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The liberal concept of being neutral is pretending everyone being white, middle class and cishet.

The liberal concept of diversity is exactly the same, with a small number of tokens who can blend fairly seamlessly into the white-centred, cishet-centred, middle class-centred milieu without raising too many complaints.

Despite what the BBC may think, my existance is not controversial. It's not an 'issue'. Trying to erase parts of their staff and essentially creating a hostile work environment is /extremely biased/.

The way to neutrality is meaningful diversity. Present multiple viewpoints from many kinds of people in a way that is actually representative of the country.

Not... this shit: metro.co.uk/2020/10/30/bbc-no-

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There's a limited number of broadcast frequencies. It's why we have licenses and have allocated them to different uses. As far as freeview goes, the state is involved because limitations are what makes bands useable.

Freeview is also an intensely valuable resource. Some countries, like the US, have privatised it. Some, like the UK, keep a significant number of bands in public hands.

Privatisation means that a few weapons manufacturers bought most of the stations and essentially control the broadcast news, which is still very influential.

Public resource means it's got the state in it, effecting funding, appointing leaders and otherwise setting the agenda. Like every other public institution, they try to rely on liberalism as a way to stay safe, funded and deniably ethical. But they, apparently happily(?), fall headfirst into the paradox of tolerance. They only have a neoliberal conception of neutrality and promote staff who just do not have the life experiences or willingness to recognise the actual systemic biases of the institution.

Most british feminists are ~not~ transphobic, but the media is not representative. Years after equlity and lesbianism have become completely mundane, british media still demands they perform the role of the subaltern. There's always someone who needs to be put in their place. This is neutrality. Upholding the system and preserving the social order. Hierarchy must be maintained. Because that's neutral.

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Previous efforts to deal with the concentration of power in freeview media have been, like, basic cable. Every local area had a public access channel.

Now, anyone can setup a streaming service, so there are loads of them and for £10 month per each, you can watch lots and lots of things as long as you keep paying.

Or there's YouTube, in case you want an algorithm to radicalise you.

Or....

I don't think we yet have a scaled answer to this problem.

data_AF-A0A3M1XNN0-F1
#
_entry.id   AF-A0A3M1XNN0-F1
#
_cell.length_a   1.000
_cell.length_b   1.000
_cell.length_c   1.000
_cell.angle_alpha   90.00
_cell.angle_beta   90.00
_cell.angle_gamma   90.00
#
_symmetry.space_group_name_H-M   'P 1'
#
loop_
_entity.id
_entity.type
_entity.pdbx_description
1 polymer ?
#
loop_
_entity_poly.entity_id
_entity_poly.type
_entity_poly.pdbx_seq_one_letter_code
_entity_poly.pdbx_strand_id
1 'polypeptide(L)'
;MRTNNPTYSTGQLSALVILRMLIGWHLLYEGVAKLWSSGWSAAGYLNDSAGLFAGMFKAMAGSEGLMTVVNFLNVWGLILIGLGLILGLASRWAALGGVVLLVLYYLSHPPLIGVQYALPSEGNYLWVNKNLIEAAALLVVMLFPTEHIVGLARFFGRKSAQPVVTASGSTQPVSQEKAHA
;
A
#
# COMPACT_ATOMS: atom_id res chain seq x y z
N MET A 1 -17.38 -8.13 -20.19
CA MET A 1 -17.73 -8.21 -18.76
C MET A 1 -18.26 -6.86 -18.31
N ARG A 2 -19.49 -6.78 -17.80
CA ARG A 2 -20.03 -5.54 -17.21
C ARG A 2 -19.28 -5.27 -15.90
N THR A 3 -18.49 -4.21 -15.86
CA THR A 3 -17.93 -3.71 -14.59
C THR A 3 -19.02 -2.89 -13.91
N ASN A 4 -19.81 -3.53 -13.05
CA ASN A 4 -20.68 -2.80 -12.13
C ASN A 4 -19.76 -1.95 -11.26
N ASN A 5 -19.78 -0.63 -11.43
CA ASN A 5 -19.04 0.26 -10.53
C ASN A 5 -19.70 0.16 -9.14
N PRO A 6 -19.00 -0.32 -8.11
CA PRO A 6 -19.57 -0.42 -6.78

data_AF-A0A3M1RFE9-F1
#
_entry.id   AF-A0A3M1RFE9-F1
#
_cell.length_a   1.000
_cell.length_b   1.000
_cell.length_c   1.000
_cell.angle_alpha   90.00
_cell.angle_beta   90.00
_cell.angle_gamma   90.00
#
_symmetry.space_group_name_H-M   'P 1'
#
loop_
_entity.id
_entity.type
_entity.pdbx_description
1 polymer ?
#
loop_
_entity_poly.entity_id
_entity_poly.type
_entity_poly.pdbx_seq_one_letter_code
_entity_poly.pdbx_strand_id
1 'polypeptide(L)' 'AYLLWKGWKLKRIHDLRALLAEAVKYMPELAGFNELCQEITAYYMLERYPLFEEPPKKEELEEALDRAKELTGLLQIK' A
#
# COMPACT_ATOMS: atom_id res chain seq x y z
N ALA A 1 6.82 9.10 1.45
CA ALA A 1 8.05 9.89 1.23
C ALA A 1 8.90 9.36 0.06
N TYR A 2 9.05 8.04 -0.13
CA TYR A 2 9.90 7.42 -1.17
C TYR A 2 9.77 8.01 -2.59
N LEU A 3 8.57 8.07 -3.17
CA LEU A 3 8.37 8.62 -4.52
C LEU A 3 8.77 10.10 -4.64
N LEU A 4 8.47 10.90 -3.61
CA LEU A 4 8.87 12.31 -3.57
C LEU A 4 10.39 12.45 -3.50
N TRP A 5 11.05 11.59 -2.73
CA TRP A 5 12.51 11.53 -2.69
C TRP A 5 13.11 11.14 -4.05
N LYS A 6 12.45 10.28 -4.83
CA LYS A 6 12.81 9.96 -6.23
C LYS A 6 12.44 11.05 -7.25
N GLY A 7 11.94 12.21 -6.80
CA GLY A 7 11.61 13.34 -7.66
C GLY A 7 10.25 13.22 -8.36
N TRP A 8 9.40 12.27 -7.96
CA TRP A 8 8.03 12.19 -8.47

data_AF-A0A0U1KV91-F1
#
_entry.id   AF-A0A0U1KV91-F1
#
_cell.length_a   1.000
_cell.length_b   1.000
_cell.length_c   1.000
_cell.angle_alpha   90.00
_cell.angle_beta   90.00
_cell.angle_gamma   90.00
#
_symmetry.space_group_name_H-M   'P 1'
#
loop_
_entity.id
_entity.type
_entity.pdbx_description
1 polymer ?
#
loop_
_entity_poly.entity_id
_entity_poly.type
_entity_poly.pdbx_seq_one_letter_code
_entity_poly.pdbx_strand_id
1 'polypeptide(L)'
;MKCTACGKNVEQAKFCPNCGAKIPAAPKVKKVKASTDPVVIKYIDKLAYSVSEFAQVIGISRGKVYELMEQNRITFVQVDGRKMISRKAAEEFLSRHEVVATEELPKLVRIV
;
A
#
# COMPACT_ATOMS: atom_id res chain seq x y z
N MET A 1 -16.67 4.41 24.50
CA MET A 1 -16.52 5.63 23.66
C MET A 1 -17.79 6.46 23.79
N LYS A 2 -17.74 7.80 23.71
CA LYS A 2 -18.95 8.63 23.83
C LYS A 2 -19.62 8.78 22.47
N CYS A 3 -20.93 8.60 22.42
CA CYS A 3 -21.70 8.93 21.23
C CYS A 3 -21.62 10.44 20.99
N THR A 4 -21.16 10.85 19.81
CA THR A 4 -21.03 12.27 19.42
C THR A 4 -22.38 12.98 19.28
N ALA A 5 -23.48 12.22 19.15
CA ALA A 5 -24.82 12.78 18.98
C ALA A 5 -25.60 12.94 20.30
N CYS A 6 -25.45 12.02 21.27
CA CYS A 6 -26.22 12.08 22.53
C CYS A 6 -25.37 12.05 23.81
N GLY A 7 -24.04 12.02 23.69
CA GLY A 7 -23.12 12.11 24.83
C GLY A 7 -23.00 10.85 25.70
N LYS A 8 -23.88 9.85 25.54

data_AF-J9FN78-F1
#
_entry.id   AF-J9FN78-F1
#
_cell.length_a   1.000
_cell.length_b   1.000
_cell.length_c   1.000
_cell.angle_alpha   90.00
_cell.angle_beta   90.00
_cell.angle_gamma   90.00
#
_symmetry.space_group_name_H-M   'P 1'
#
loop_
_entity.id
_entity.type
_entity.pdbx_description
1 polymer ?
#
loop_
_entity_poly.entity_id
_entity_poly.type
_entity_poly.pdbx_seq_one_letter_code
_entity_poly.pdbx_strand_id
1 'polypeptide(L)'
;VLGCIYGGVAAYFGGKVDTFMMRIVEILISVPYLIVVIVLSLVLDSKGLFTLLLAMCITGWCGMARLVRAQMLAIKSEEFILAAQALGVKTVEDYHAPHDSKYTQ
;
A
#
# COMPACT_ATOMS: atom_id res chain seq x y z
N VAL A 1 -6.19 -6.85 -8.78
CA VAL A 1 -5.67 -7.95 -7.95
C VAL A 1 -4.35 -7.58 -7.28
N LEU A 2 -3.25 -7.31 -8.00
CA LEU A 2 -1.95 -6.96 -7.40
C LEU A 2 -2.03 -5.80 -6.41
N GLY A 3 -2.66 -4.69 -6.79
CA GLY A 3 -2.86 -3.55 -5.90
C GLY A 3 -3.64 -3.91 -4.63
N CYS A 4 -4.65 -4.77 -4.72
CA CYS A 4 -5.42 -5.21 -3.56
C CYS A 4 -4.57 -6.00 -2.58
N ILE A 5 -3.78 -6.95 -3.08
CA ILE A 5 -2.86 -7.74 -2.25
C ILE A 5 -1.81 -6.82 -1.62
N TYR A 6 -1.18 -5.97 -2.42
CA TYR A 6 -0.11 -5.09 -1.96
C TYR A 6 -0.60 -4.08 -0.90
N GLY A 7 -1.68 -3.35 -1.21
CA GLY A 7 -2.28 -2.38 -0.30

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Freelance journalist: My life matters! The police should stop attacking my community!

The BBC: Wow, that's a lot of ~bias~ you've got! We can never hire you again.

The BBC: Balance, bitches! We've got it!

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UK pol 

It is not controversial that black communities in the UK are over-policed. It's been demonstrated over and over again in numerous pieces of research. Facts are not controversial.

In a supposedly free society, the assertion that Black Lives (also) matter should also be entirely uncontroversial. Indeed, every major cultural institution I can think of has supported this call. It is entirely within the mainstream, even within the chattering classes that the BBC draws from. Is the BBC trying not to show a bias against racism?

Surely in this free society, opposing racism should be one of the core pillars of the BBC! They were founded to inform, educate and entertain, not hold a mirror up to our most unsavoury impulses.

The BBC was founded with an intensely liberal mission, but the values of liberalism itself have shifted dramatically to the right. I think libcoms do have an important role in the fight over what social liberalism can and should mean.

This clusterfuck of a policy at the BBC does show that the neoliberal project is for the few, as they declare more and more of us to be other. We need to react with solidarity. Black Lives Matter. Black trans lives matter. Trans rights are human rights. All of us must speak out for all of us. None of us are an "issue" - we are people with the right to live and thrive in this country. If we band together, we will win.

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@celesteh YouTube has a toxic effect on young creators too; who end up burning out trying to chase the algorithms and relatively small amounts of ad revenue as there are often 20+ all following the same format, and even the popular (younger) ones all seem to be middle class kids living with parents still (its less of a problem to those in middle age who already have an established business/career outside of YT and are making videos related to this, but thats just another form of advertising)

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